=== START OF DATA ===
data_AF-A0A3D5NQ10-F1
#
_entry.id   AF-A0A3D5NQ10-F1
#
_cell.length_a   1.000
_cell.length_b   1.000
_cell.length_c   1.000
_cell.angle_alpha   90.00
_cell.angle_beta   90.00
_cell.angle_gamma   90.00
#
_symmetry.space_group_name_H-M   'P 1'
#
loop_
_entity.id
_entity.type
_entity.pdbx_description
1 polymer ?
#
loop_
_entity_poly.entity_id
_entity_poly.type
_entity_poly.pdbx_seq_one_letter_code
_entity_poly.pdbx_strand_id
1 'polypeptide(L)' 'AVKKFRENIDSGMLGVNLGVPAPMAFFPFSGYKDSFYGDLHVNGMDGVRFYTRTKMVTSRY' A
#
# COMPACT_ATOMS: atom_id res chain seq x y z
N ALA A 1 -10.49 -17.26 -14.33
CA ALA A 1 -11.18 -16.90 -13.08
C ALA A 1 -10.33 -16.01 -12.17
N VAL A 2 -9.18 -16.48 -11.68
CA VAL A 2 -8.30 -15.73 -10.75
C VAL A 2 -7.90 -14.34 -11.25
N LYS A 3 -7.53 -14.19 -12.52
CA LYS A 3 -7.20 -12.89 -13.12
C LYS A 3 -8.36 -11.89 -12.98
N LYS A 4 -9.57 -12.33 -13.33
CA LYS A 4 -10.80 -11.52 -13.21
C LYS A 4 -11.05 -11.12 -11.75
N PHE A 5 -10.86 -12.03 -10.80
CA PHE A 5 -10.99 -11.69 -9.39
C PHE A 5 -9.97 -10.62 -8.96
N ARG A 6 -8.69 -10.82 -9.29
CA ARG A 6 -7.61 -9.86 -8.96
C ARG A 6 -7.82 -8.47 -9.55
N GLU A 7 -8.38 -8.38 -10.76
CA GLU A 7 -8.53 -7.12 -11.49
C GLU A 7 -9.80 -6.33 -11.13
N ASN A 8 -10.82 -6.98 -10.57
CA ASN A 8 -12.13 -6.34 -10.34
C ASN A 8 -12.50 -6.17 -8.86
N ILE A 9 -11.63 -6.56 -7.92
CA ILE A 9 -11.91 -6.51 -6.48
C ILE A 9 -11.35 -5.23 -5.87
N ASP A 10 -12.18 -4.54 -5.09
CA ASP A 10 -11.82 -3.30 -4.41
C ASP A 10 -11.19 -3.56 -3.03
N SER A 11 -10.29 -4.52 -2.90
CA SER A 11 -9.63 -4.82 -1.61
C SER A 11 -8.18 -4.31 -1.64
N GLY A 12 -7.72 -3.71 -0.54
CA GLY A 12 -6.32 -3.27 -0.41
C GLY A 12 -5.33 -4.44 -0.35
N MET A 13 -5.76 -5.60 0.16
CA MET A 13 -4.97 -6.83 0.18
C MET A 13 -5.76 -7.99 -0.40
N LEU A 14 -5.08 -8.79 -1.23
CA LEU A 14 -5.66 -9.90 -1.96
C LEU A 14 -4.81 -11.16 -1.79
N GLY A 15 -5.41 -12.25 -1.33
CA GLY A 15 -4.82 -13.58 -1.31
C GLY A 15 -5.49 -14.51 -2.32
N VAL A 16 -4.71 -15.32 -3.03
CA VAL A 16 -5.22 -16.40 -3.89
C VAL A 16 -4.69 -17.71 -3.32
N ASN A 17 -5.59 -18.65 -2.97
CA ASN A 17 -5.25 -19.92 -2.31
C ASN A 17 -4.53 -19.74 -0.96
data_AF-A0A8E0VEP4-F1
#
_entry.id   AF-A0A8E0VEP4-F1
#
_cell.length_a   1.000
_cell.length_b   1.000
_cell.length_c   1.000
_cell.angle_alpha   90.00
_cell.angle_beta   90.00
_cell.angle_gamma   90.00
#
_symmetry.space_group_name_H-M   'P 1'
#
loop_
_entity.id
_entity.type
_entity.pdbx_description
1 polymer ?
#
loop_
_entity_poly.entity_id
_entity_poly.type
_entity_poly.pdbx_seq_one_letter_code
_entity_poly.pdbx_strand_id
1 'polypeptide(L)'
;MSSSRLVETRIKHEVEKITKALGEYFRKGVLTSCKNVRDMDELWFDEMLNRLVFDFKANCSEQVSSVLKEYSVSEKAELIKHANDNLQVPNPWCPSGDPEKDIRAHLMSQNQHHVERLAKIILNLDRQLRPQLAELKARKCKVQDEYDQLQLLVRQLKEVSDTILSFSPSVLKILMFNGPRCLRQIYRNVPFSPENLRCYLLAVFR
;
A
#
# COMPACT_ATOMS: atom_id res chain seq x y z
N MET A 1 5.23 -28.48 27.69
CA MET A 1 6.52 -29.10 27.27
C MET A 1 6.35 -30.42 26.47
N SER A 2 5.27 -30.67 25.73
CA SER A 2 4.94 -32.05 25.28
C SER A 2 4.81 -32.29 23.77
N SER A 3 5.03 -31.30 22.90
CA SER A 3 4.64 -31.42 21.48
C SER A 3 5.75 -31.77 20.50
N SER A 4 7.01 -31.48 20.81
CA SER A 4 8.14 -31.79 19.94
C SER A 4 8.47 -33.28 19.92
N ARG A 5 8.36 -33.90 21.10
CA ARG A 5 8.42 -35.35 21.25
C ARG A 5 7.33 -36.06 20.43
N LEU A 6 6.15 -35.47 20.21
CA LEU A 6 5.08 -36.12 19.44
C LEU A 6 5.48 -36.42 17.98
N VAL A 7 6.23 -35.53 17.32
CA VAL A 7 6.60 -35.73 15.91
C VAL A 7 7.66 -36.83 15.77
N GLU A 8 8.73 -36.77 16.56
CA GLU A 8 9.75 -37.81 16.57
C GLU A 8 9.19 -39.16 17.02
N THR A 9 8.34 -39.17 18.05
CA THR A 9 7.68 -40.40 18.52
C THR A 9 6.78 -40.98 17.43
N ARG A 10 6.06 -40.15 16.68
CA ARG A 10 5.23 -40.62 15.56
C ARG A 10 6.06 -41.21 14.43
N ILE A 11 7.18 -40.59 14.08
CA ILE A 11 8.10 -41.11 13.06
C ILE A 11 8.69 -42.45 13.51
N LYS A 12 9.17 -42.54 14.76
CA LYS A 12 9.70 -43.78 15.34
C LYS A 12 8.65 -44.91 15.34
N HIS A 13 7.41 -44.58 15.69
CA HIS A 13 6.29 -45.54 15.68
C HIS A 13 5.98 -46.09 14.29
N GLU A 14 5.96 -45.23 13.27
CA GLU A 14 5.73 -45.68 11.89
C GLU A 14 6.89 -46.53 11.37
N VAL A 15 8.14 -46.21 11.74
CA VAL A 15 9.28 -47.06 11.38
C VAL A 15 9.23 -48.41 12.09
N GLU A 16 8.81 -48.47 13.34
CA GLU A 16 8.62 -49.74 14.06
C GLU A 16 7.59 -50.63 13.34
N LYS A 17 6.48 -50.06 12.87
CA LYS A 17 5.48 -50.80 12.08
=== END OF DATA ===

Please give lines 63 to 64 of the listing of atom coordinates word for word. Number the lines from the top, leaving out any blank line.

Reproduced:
C GLY A 12 -5.33 -4.44 -0.35
N MET A 13 -5.76 -5.60 0.16